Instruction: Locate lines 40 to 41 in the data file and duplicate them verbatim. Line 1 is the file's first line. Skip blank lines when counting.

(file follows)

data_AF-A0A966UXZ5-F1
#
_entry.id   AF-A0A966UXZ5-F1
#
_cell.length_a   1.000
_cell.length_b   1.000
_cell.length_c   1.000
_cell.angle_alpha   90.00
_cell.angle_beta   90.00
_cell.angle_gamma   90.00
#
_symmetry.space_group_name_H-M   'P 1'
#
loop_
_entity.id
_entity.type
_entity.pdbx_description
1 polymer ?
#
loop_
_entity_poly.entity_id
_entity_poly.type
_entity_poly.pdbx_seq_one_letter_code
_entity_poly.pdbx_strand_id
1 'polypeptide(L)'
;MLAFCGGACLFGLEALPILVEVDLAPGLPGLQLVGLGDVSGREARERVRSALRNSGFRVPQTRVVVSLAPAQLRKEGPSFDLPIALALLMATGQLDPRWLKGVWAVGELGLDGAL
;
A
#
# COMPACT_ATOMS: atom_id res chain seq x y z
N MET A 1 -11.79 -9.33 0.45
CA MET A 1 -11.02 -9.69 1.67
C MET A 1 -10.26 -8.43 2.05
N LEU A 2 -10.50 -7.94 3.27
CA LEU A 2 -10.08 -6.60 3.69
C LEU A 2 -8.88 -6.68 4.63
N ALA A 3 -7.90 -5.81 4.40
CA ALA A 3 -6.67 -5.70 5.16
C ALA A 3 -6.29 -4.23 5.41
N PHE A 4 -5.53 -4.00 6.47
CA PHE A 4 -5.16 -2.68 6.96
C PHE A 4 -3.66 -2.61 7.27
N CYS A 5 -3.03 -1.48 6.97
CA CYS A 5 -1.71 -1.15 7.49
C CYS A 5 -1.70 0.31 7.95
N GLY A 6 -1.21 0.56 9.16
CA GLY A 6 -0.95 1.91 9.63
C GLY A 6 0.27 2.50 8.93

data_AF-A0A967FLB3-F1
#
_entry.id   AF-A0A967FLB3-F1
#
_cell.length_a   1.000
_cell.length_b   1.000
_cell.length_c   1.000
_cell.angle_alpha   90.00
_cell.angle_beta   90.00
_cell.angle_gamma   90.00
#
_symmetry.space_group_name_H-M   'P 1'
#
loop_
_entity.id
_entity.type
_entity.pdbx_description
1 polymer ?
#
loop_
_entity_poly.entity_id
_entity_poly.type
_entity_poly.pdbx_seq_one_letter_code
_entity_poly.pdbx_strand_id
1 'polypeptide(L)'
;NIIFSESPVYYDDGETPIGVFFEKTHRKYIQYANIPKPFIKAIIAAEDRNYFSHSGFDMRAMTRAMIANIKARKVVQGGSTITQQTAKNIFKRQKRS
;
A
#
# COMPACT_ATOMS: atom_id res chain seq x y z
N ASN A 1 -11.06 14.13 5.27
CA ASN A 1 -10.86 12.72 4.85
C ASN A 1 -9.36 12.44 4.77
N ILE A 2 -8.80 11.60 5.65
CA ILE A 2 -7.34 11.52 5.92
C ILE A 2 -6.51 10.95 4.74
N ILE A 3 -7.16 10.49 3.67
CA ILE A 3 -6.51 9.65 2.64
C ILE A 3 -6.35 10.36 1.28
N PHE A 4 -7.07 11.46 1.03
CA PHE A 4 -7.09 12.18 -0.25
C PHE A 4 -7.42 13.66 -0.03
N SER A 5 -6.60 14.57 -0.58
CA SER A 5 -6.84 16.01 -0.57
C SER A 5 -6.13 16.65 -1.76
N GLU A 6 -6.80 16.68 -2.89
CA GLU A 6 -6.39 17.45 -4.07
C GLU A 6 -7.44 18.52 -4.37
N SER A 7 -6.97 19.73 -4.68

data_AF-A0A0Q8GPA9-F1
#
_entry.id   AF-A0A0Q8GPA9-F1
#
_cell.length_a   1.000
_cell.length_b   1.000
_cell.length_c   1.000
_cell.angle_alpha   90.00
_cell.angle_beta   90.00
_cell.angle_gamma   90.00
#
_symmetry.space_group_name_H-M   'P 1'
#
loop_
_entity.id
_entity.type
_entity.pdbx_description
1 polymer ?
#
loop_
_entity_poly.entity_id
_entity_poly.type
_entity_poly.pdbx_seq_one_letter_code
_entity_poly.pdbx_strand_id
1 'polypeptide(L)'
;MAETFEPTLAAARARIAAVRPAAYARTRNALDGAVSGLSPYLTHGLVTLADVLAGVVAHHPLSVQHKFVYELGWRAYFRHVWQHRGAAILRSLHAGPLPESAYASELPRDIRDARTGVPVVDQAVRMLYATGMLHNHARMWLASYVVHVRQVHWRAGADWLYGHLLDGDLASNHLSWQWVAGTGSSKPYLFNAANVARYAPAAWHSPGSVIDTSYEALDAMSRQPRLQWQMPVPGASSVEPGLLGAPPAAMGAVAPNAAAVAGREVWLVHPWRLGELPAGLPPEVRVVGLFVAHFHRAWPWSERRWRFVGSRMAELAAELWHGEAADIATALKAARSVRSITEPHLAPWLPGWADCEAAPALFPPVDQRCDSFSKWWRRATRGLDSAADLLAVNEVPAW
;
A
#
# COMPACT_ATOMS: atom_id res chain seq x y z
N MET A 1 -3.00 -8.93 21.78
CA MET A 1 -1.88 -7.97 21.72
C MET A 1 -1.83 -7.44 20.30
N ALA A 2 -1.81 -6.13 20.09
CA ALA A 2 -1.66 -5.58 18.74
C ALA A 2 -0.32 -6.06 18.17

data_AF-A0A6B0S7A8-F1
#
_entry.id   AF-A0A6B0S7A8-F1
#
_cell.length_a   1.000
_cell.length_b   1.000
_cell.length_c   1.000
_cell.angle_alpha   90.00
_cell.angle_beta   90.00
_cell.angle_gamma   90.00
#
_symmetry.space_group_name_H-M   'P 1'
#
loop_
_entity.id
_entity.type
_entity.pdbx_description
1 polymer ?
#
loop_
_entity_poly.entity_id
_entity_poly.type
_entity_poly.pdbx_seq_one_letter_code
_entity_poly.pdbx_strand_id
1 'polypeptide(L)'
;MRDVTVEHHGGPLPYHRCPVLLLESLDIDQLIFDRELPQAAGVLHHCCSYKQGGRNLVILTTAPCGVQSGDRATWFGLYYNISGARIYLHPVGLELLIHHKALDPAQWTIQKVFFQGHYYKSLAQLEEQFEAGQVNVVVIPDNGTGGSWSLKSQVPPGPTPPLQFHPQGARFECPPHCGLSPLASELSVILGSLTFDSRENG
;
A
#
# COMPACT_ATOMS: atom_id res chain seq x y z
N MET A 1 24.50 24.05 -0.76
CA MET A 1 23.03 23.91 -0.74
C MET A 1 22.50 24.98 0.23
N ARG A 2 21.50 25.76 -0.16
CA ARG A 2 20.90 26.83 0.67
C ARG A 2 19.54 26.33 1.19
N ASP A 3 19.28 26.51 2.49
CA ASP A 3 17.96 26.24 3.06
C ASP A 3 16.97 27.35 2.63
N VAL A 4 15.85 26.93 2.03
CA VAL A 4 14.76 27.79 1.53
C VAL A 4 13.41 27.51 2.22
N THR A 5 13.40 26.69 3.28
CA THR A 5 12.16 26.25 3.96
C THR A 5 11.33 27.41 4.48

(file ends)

N PHE A 4 -5.53 -4.00 6.47
CA PHE A 4 -5.16 -2.68 6.96